Governor Chris Christie on Drug Policy Reform

It is very difficult for elected officials to talk seriously about drug policy reform (It is easy for them to talk about it non-seriously, but that’s a separate matter). The issues require nuanced dialogue, but the debate is dominated by polarized shouting matches. Reform minded politicians are typically reduced to un-sound-bite-worthy statements such as “I’d like to reduce the number of people in prisons but I am against the legalization of drugs so don’t accuse me of that” or “I think we need to be tougher on violent drug markets but I mean violent dealers not drug using teenagers so please don’t accuse me of being a heartless drug warrior”. It’s a lot of work and political risk to fight for a cause that most voters aren’t too thrilled to hear about in the first place.

I recently had the honor of being asked to join an advisory council to the New Jersey Governor’s Council on Alcoholism and Drug Abuse. The main reason I agreed is that Chris Christie is one of the few governors in the U.S. who is elevating drug policy reform discussion in a way that both does justice to the complexity of the issues and acknowledges the need for change. Here are two 60 second snippets; the reaction to the second is particularly noteworthy.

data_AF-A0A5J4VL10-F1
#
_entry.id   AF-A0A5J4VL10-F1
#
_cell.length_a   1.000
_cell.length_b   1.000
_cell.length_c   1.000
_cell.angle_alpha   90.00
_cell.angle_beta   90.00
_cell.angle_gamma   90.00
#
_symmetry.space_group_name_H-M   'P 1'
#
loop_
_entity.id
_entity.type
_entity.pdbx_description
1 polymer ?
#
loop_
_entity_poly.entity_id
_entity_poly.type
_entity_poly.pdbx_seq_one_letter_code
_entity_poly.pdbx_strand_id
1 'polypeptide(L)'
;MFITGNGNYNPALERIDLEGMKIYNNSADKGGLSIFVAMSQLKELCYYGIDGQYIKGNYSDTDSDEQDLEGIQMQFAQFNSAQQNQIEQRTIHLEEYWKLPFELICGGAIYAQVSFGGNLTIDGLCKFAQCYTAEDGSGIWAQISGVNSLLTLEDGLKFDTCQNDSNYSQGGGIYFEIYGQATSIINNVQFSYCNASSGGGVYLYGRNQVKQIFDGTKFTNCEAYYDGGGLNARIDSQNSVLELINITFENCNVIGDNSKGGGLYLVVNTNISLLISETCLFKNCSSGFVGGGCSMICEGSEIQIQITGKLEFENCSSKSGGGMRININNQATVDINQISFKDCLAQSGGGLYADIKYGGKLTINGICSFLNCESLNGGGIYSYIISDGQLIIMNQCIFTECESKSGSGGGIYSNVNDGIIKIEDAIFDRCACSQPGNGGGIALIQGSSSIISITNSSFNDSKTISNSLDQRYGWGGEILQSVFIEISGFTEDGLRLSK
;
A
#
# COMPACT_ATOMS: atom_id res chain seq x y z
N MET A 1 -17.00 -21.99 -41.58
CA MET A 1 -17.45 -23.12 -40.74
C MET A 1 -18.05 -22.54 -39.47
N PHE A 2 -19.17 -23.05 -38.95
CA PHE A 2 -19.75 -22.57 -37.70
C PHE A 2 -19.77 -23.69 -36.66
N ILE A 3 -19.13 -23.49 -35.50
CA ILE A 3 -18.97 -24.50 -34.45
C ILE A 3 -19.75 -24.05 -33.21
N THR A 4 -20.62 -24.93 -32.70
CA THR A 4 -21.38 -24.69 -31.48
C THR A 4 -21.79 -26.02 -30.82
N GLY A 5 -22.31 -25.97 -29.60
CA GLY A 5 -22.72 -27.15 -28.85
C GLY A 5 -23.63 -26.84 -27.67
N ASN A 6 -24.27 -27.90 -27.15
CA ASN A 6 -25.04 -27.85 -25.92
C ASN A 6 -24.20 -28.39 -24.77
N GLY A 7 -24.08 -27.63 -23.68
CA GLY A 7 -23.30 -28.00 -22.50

[Cross-posted at The Reality-Based Community]

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Keith Humphreys

Keith Humphreys is a professor of psychiatry at Stanford University. He served as a senior policy advisor at the White House Office of National Drug Control Policy from 2009 to 2010.